I recently finished reading Taylor Branch’s Parting the Waters: America in the King Years 1954-63. It’s a huge book with more than 900 pages of text plus about 78 pages of notes. It took me a long time to read, but it was worth it. The book is fascinating and Taylor Branch brings the civil rights era to life. I highly recommend it to everyone.
One of the most interesting parts of the book is about the Birmingham protests by children. The use of dogs and firehoses on those children is heart-wrenching. It’s somewhat unreal to read the comments of some leaders of the time feigning concern for black children.
Birmingham’s white leaders scrambled to head off a swell of public sympathy for King by denouncing his use of children. Mayor Boutwell told the city that “irresponsible and unthinking agitators” had made “tools” of children to threaten life and property. “The respectable people of Birmingham, white or colored, did not create this danger,” he declared. “We are not contributing to it. We are innocent victims.” […]Judge Talbot Ellis […] said that those who “misled these kids” into demonstrations “ought to be put under the jail.”
Another interesting bit was the difference in perception between whites and blacks, something that has not been eliminated (though is greatly reduced). It seems from the book that a lot of whites did not understand the conditions blacks lived under. It was as if they had turned a blind eye to the black population.
The role of the press is as usual not the best. They jump for stories when they get big, but then lose all interest after the climax. At times, they don’t understand the fundamental issues at all. It’s like that stupid “objectivity” thing. Here are the questions King and Wilkins (NAACP head) were asked on “Meet the Press” before the March on Washington:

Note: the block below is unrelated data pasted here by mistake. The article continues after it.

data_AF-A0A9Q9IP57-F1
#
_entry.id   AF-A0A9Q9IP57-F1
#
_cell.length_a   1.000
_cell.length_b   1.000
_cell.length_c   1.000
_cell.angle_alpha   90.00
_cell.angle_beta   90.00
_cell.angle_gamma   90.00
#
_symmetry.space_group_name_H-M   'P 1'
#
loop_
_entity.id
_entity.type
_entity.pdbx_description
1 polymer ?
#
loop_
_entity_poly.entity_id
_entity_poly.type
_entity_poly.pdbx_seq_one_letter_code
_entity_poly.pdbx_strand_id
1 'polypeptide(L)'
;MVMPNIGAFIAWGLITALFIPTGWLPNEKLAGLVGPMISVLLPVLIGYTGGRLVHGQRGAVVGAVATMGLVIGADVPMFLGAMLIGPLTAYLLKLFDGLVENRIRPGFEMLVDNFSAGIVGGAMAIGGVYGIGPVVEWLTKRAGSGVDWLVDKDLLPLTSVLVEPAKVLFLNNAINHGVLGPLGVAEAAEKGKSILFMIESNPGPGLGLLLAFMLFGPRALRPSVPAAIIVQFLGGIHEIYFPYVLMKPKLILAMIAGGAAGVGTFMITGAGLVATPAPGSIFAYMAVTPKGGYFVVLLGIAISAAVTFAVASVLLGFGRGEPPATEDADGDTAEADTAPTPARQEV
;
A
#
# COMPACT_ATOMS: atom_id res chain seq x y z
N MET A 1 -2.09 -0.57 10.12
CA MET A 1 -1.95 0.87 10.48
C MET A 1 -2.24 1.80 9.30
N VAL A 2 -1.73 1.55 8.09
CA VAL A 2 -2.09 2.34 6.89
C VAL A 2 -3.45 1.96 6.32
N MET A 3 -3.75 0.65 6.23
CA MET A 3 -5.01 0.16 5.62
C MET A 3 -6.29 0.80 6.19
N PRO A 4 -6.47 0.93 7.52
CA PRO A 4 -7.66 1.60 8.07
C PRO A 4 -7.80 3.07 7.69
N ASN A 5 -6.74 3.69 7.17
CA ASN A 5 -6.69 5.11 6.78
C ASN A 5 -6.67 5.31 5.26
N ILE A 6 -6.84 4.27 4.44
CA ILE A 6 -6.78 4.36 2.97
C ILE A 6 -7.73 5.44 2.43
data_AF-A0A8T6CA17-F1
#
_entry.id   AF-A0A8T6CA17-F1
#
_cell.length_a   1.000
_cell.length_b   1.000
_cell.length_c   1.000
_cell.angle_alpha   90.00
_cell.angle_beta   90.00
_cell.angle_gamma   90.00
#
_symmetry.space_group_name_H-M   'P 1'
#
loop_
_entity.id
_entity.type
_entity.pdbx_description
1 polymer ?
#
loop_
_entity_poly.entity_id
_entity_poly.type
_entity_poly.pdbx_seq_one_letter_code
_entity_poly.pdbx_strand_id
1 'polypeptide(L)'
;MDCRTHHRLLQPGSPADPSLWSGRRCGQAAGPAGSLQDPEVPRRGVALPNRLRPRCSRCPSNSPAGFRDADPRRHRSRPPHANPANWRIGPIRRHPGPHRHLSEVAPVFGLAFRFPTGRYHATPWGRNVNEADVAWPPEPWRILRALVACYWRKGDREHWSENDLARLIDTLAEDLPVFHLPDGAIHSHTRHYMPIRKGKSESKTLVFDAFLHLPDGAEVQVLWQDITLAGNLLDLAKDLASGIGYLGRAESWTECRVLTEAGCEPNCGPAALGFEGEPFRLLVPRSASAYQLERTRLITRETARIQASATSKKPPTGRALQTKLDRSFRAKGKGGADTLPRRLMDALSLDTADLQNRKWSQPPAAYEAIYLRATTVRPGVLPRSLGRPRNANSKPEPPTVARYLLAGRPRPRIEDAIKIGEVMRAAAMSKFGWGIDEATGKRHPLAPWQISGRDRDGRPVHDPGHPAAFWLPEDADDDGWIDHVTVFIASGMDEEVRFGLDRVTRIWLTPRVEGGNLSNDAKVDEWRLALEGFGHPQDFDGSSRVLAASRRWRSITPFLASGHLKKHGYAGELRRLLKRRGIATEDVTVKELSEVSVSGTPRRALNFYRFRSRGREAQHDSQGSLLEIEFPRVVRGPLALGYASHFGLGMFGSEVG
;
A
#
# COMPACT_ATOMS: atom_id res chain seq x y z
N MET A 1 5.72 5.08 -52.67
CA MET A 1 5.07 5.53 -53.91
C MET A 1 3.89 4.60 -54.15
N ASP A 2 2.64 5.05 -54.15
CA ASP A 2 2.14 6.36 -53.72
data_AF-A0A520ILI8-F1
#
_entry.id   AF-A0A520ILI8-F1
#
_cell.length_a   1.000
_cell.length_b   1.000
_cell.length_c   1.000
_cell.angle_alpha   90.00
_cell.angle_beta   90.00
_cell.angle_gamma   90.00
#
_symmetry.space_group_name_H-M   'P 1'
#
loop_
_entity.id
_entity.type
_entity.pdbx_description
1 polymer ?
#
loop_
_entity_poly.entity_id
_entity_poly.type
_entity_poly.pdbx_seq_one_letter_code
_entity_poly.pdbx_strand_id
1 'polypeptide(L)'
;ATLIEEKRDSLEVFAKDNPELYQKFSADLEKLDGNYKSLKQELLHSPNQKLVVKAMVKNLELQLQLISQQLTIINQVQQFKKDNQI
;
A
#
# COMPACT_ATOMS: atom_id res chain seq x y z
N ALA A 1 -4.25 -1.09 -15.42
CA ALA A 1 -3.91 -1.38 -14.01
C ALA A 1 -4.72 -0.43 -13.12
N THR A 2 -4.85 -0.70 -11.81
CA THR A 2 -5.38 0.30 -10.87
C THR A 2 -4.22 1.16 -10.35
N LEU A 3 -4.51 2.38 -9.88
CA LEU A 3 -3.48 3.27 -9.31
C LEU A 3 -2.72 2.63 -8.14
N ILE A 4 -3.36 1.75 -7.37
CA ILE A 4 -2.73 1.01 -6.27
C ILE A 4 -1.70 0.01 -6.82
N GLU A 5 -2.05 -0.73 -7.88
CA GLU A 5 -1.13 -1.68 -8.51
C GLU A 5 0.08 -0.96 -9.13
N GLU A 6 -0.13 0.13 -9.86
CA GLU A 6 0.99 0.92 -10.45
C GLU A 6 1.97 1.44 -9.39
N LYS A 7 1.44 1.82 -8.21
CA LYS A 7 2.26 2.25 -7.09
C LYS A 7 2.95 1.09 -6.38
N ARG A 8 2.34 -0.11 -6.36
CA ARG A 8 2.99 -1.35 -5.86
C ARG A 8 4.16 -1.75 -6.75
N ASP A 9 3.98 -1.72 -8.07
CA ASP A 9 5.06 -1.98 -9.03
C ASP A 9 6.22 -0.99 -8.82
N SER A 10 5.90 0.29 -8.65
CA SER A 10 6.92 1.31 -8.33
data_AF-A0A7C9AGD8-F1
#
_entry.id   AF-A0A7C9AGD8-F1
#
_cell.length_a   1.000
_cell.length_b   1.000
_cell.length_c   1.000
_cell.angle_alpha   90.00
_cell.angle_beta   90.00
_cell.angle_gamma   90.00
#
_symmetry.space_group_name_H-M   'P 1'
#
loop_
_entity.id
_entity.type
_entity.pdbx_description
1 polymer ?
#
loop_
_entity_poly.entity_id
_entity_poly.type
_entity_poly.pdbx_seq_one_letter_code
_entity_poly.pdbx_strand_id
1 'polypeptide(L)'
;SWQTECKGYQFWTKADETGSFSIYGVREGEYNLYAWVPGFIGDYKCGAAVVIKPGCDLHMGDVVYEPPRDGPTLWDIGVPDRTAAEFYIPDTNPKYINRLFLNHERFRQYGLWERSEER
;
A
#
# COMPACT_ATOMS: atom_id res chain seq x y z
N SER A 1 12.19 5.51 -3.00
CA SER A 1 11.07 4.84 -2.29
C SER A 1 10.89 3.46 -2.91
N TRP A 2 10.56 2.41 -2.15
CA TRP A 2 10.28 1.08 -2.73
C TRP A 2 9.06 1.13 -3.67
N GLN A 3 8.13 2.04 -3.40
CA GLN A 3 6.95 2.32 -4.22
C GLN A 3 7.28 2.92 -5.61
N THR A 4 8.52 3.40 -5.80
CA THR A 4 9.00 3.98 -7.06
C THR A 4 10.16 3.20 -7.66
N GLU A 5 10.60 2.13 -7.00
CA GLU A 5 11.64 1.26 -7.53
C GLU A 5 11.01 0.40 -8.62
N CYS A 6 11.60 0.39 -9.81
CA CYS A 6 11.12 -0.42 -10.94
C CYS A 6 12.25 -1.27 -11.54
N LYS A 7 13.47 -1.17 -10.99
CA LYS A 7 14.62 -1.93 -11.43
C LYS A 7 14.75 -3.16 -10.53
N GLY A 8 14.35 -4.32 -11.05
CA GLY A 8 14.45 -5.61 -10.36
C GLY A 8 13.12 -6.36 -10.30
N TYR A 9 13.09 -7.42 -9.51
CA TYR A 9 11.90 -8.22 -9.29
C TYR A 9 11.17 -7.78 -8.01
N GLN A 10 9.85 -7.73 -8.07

Lawrence Spivak spoke of the numerous authorities who “believe it would be impossible to bring more than 100,000 militant Negroes into Washington without incidents and possibly rioting,” and he asked Wilkins sourly what the country could possibly learn about civil rights that could justify such risks. […] the next panelist promptly asked King three times how the march’s leadership could tolerate Bayard Rustin’s background of subversion and character defects. […] The fourth panelist pressed King to admit that the movement needed to eliminate extremism and “rowdyism,” such as the public booing of Mayor Daley and J. H. Jackson.
Here is King speaking at a mass meeting during the Montgomery bus boycott in 1955:
“And you know, my friends, thhere comes a time,” he cried, “when people get tired of being trampled over by the iron feet of oppression.” […] “There comes a time, my friends, when people get tired of being thrown across the abyss of humiliation, where they experience the bleakness of nagging despair,” he declared. “There comes a time when people get tired of being pushed out of the glittering sunlight of life’s July, and left standing amidst the piercing chill of an Alpine November.” […] “We are here —- we are here because we are tired now.”
Here are some excerpts from Martin Luther King’s letter from Birmingham jail replying to some white Alabama clergymen who had written a public letter opposing King’s marches in Birmingham:
We know through painful experience that freedom is never voluntarily given by the oppressor; it must be demanded by the oppressed. Frankly, I have yet to engage in a direct-action campaign that was “well timed” in the view of those who have not suffered unduly from the disease of segregation. For years now I have heard the word “Wait!” It rings in the ear of every Negro with piercing familiarity. This “Wait” has almost always meant ‘Never.” We must come to see, with one of our distinguished jurists, that “justice too long delayed is justice denied.”